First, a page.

Its probably not even diffusion proof/tight with air if its only a thin tape, very few materials are apparantly. If ammonia gets to the nipples then they probably get corroded very quickly, even without any galvanic potential. Yeah it makes sense. A lot actually. However If its only corrosion caused by the ammonia we would have seen this before (with alu rims and nipples) since that must have been done a few times before.
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  16. #141
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    Quote Originally Posted by J. Random Psycho View Post
    Aluminum spokes aren't the best idea for any (tensioned) wheels, IMHO.
    Why not? I have several sets of I9 that are fantastic / given me zero problems.

  17. #142
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    Well, eventual fatigue failure is guaranteed on Aluminum alloy spoke. On steel, it can be avoided; same spokes can be reused over many wheels, if certain use conditions are met. There are no conditions to meet with an Aluminum spoke, except never riding the wheel.

    And I also think (not sure though, a material scientist is welcome to shed some light here) that fatigue crack propagation, once initiated from a stress riser, is also faster in Aluminum alloys than in a good steel spoke. And it's easier to mechanically create a stress riser in Aluminum than it is in steel (like when chain is overshifted into spokes).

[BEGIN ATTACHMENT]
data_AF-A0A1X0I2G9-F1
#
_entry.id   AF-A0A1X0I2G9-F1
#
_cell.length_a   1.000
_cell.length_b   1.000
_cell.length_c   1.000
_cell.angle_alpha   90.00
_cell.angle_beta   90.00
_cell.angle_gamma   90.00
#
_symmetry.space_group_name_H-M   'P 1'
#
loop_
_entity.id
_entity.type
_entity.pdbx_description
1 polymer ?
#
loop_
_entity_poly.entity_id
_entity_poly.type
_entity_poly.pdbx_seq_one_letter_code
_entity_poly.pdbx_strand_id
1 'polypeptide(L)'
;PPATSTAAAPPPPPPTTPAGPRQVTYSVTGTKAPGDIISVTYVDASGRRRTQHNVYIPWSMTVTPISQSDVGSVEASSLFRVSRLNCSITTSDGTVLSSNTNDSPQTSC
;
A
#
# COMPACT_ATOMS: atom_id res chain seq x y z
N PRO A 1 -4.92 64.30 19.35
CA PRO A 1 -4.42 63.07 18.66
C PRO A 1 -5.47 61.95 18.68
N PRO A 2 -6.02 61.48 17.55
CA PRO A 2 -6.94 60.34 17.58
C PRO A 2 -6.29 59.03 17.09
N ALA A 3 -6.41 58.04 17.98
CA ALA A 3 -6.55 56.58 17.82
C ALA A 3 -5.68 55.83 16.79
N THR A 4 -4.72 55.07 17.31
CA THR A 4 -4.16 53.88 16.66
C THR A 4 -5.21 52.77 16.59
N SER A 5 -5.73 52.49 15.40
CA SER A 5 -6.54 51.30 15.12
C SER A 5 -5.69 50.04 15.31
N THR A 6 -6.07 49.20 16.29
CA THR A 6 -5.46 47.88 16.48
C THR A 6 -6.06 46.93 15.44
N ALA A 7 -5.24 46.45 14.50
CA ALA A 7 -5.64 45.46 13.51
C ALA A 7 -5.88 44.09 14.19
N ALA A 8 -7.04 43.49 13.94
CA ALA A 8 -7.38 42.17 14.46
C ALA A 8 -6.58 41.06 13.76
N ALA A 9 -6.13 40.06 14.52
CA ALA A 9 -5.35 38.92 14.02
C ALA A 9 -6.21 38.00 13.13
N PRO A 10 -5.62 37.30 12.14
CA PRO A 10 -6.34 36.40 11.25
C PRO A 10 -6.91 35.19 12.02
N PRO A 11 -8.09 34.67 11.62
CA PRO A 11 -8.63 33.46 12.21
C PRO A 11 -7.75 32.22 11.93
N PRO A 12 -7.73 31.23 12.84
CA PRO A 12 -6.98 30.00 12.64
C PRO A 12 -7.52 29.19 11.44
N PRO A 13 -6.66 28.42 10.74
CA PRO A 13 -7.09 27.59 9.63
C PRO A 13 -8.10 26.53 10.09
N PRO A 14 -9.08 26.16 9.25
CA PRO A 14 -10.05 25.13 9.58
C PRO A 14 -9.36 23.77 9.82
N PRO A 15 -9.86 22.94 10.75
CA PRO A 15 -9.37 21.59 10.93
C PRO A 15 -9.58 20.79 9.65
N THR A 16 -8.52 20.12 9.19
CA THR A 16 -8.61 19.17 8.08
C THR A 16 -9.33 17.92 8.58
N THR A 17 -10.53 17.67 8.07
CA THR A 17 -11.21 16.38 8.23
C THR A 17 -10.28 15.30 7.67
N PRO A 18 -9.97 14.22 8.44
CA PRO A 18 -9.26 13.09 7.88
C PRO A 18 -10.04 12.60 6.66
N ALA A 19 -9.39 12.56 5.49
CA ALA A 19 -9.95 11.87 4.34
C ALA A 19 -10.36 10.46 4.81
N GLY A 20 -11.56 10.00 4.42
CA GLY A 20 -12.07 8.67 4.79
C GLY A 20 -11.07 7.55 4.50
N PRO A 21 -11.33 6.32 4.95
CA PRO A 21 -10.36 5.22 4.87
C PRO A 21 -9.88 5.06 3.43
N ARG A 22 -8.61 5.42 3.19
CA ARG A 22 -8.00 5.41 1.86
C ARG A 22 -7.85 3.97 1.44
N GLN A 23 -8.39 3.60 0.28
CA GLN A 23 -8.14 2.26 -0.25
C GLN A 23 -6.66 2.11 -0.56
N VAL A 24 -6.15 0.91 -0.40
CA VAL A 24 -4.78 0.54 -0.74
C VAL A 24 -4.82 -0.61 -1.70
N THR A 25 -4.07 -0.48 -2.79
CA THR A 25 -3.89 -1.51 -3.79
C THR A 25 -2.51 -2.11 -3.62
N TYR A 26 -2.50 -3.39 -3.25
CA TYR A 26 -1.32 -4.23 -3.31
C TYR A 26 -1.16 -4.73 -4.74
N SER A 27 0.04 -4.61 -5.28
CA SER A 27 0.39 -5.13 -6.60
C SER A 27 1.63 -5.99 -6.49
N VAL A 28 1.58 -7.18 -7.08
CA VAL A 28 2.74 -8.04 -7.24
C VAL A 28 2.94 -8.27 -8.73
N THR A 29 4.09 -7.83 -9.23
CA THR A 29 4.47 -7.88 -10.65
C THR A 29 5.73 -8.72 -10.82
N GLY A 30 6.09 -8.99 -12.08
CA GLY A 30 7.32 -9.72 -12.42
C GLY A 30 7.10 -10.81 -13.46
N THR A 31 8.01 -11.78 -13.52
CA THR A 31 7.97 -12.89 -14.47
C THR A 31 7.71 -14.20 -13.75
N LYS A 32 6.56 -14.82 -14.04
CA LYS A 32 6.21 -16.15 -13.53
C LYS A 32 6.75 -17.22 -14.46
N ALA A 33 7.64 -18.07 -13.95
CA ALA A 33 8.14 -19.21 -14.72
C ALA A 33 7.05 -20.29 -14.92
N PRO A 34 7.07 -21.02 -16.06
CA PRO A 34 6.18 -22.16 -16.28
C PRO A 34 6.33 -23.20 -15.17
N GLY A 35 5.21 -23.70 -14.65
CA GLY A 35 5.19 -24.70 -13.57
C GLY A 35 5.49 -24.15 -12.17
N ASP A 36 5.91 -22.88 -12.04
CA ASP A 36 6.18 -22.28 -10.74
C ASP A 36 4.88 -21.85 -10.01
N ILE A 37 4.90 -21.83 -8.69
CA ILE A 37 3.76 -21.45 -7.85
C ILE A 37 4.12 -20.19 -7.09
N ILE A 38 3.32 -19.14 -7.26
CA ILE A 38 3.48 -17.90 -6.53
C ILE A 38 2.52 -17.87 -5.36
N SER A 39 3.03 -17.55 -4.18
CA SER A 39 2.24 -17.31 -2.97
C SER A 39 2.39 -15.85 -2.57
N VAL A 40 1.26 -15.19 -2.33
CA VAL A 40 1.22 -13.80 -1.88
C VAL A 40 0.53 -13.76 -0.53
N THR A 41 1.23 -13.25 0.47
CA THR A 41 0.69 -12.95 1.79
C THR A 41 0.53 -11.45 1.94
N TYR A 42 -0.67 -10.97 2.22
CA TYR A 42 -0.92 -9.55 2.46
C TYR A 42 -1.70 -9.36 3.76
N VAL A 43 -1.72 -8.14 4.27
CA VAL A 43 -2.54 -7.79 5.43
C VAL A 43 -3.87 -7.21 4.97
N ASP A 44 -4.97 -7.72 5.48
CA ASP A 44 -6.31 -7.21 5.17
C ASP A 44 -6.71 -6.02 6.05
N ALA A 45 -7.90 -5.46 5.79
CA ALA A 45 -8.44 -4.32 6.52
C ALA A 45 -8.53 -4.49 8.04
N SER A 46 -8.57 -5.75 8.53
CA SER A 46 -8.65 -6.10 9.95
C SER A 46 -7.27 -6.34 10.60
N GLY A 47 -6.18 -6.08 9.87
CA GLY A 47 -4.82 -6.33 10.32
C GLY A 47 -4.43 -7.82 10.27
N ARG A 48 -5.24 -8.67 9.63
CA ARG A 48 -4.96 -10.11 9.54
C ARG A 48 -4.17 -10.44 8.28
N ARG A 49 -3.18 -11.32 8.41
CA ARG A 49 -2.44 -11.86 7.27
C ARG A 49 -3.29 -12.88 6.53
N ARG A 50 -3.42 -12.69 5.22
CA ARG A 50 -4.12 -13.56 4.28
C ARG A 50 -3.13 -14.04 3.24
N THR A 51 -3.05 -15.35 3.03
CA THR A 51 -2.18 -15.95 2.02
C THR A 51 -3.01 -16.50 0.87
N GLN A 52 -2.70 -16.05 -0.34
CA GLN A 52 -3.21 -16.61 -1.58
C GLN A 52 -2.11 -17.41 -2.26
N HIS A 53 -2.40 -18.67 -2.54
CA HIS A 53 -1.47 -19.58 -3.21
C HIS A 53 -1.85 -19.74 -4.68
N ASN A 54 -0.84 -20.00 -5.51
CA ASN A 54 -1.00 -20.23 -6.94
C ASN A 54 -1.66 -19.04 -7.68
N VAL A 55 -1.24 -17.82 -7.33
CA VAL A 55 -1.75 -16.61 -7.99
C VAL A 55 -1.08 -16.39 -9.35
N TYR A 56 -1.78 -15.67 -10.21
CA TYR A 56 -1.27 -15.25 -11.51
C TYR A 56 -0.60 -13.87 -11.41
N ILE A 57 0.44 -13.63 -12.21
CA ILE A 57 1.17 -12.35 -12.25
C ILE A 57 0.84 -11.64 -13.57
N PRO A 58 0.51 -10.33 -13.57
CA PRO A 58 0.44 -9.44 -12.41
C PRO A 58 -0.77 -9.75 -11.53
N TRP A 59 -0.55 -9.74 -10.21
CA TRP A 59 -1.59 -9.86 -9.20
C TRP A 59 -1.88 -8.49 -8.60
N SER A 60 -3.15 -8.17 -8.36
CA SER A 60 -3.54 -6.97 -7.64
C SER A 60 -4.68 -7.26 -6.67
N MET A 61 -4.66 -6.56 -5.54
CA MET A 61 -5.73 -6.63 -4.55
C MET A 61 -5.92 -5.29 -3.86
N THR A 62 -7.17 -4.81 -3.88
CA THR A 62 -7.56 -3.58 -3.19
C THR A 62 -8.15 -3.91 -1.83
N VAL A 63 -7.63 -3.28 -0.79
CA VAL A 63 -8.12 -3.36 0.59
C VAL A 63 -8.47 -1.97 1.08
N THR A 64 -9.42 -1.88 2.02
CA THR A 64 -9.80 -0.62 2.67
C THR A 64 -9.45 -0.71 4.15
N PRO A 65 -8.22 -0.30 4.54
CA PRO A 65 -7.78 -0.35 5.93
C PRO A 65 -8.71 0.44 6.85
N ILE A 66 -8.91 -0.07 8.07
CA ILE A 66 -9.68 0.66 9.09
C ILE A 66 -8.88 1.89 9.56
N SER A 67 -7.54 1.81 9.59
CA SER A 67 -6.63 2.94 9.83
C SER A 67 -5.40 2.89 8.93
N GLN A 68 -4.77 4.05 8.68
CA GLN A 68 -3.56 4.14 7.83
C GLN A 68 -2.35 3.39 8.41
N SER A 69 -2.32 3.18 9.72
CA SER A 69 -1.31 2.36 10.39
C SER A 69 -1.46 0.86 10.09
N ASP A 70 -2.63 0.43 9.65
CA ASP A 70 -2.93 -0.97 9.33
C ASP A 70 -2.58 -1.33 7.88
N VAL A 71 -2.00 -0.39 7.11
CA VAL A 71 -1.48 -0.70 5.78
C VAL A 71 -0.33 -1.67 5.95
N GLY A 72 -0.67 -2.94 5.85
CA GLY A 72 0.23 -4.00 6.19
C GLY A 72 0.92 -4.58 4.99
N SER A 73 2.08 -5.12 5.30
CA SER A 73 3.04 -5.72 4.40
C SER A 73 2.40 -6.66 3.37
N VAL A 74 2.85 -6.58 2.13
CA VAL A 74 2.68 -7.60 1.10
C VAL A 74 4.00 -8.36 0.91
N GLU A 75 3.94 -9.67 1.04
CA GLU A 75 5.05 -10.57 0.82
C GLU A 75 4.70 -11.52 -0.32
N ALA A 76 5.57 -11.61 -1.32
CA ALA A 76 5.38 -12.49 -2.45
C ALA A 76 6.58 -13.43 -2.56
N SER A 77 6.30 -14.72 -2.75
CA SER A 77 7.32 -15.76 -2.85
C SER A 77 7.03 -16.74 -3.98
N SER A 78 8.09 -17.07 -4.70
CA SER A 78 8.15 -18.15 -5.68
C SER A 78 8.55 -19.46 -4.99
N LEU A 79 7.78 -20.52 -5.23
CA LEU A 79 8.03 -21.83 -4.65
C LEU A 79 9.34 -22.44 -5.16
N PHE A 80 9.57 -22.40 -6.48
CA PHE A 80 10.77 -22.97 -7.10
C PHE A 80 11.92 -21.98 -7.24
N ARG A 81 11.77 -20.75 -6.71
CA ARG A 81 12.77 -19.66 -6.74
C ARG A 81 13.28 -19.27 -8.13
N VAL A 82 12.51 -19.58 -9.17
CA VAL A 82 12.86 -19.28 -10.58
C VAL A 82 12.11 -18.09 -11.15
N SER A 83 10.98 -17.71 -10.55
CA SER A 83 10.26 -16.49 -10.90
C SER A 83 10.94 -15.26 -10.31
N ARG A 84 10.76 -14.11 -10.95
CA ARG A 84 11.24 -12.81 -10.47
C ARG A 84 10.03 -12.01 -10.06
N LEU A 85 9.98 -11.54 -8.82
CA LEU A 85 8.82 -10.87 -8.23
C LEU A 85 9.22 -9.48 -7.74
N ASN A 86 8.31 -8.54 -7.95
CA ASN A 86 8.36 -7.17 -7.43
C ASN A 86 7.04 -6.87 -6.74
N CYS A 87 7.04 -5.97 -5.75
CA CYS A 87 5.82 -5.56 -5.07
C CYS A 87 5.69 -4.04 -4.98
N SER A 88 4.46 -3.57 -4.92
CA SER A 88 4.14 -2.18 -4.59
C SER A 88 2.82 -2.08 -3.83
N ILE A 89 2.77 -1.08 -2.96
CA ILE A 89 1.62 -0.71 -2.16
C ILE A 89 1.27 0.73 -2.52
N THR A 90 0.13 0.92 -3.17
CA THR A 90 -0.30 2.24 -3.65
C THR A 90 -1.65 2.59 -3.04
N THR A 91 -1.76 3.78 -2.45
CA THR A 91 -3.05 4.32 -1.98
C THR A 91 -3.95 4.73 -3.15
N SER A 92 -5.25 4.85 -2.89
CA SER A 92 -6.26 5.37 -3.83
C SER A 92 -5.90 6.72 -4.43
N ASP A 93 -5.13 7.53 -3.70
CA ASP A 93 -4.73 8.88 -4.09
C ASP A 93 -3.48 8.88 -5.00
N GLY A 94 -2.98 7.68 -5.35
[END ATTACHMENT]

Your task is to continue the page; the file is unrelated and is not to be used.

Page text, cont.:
18. #143
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    ENVE wheel nipple corrosion.

    Quote Originally Posted by J. Random Psycho View Post
    And I also think (not sure though, a material scientist is welcome to shed some light here) that fatigue crack propagation, once initiated from a stress riser, is also faster in Aluminum alloys than in a good steel spoke. And it's easier to mechanically create a stress riser in Aluminum than it is in steel (like when chain is overshifted into spokes).
    From a materials science standpoint you are correct on both counts.
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  19. #144
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    ENVE is now switching over to Brass nipples. Give them a call and they will get you a set of Brass ones.

  20. #145
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    Quote Originally Posted by J. Random Psycho View Post
    Well, eventual fatigue failure is guaranteed on Aluminum alloy spoke. On steel, it can be avoided; same spokes can be reused over many wheels, if certain use conditions are met. There are no conditions to meet with an Aluminum spoke, except never riding the wheel.

    And I also think (not sure though, a material scientist is welcome to shed some light here) that fatigue crack propagation, once initiated from a stress riser, is also faster in Aluminum alloys than in a good steel spoke. And it's easier to mechanically create a stress riser in Aluminum than it is in steel (like when chain is overshifted into spokes).